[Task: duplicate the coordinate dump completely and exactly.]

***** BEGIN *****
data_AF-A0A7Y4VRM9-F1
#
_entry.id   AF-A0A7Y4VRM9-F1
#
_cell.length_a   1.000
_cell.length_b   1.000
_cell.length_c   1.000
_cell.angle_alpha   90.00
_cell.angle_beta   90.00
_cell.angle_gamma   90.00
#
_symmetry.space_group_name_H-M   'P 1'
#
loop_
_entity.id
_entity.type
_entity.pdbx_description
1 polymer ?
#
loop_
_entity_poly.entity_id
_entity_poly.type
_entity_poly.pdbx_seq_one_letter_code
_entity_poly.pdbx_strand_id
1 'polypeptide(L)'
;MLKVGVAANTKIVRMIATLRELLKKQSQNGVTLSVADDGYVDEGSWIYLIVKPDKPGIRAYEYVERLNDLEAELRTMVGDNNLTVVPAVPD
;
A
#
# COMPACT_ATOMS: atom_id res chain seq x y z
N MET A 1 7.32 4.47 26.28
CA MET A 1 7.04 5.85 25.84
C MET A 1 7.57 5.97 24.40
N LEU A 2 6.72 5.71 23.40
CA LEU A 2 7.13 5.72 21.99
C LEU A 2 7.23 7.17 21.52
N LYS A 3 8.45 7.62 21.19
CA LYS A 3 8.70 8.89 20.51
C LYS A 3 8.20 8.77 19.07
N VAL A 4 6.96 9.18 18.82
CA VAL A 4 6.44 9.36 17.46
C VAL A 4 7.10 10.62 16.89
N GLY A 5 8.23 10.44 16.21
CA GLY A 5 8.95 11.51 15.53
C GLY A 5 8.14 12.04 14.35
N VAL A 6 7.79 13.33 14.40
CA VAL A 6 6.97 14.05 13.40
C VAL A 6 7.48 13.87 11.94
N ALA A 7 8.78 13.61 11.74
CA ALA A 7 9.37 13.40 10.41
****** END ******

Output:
data_AF-A0A7Y4VRM9-F1
#
_entry.id   AF-A0A7Y4VRM9-F1
#
_cell.length_a   1.000
_cell.length_b   1.000
_cell.length_c   1.000
_cell.angle_alpha   90.00
_cell.angle_beta   90.00
_cell.angle_gamma   90.00
#
_symmetry.space_group_name_H-M   'P 1'
#
loop_
_entity.id
_entity.type
_entity.pdbx_description
1 polymer ?
#
loop_
_entity_poly.entity_id
_entity_poly.type
_entity_poly.pdbx_seq_one_letter_code
_entity_poly.pdbx_strand_id
1 'polypeptide(L)'
;MLKVGVAANTKIVRMIATLRELLKKQSQNGVTLSVADDGYVDEGSWIYLIVKPDKPGIRAYEYVERLNDLEAELRTMVGDNNLTVVPAVPD
;
A
#
# COMPACT_ATOMS: atom_id res chain seq x y z
N MET A 1 7.32 4.47 26.28
CA MET A 1 7.04 5.85 25.84
C MET A 1 7.57 5.97 24.40
N LEU A 2 6.72 5.71 23.40
CA LEU A 2 7.13 5.72 21.99
C LEU A 2 7.23 7.17 21.52
N LYS A 3 8.45 7.62 21.19
CA LYS A 3 8.70 8.89 20.51
C LYS A 3 8.20 8.77 19.07
N VAL A 4 6.96 9.18 18.82
CA VAL A 4 6.44 9.36 17.46
C VAL A 4 7.10 10.62 16.89
N GLY A 5 8.23 10.44 16.21
CA GLY A 5 8.95 11.51 15.53
C GLY A 5 8.14 12.04 14.35
N VAL A 6 7.79 13.33 14.40
CA VAL A 6 6.97 14.05 13.40
C VAL A 6 7.48 13.87 11.94
N ALA A 7 8.78 13.61 11.74
CA ALA A 7 9.37 13.40 10.41